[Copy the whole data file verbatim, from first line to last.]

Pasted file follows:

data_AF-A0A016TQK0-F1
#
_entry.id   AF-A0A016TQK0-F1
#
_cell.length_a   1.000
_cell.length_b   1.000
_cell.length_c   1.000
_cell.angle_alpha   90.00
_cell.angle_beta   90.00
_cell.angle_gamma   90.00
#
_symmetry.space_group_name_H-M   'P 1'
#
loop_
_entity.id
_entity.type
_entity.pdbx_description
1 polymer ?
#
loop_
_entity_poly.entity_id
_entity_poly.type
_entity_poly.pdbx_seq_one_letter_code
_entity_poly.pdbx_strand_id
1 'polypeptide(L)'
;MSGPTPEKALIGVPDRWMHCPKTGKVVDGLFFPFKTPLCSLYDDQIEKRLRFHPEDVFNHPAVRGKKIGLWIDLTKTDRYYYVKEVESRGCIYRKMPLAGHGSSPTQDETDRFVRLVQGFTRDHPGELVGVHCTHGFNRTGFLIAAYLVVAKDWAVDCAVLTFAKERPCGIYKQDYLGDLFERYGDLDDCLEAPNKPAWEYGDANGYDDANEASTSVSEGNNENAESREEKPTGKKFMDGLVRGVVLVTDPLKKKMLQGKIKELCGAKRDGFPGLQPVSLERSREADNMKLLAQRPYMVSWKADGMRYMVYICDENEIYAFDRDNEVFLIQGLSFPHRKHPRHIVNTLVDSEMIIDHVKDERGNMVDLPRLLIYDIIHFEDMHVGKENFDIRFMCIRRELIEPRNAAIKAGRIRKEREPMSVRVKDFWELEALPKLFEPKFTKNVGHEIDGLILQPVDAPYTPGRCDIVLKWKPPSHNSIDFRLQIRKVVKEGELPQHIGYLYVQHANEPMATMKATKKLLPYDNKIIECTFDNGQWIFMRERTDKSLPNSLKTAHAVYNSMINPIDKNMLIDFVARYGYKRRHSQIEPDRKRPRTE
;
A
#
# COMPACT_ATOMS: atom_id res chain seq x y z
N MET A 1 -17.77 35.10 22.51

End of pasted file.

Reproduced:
data_AF-A0A016TQK0-F1
#
_entry.id   AF-A0A016TQK0-F1
#
_cell.length_a   1.000
_cell.length_b   1.000
_cell.length_c   1.000
_cell.angle_alpha   90.00
_cell.angle_beta   90.00
_cell.angle_gamma   90.00
#
_symmetry.space_group_name_H-M   'P 1'
#
loop_
_entity.id
_entity.type
_entity.pdbx_description
1 polymer ?
#
loop_
_entity_poly.entity_id
_entity_poly.type
_entity_poly.pdbx_seq_one_letter_code
_entity_poly.pdbx_strand_id
1 'polypeptide(L)'
;MSGPTPEKALIGVPDRWMHCPKTGKVVDGLFFPFKTPLCSLYDDQIEKRLRFHPEDVFNHPAVRGKKIGLWIDLTKTDRYYYVKEVESRGCIYRKMPLAGHGSSPTQDETDRFVRLVQGFTRDHPGELVGVHCTHGFNRTGFLIAAYLVVAKDWAVDCAVLTFAKERPCGIYKQDYLGDLFERYGDLDDCLEAPNKPAWEYGDANGYDDANEASTSVSEGNNENAESREEKPTGKKFMDGLVRGVVLVTDPLKKKMLQGKIKELCGAKRDGFPGLQPVSLERSREADNMKLLAQRPYMVSWKADGMRYMVYICDENEIYAFDRDNEVFLIQGLSFPHRKHPRHIVNTLVDSEMIIDHVKDERGNMVDLPRLLIYDIIHFEDMHVGKENFDIRFMCIRRELIEPRNAAIKAGRIRKEREPMSVRVKDFWELEALPKLFEPKFTKNVGHEIDGLILQPVDAPYTPGRCDIVLKWKPPSHNSIDFRLQIRKVVKEGELPQHIGYLYVQHANEPMATMKATKKLLPYDNKIIECTFDNGQWIFMRERTDKSLPNSLKTAHAVYNSMINPIDKNMLIDFVARYGYKRRHSQIEPDRKRPRTE
;
A
#
# COMPACT_ATOMS: atom_id res chain seq x y z
N MET A 1 -17.77 35.10 22.51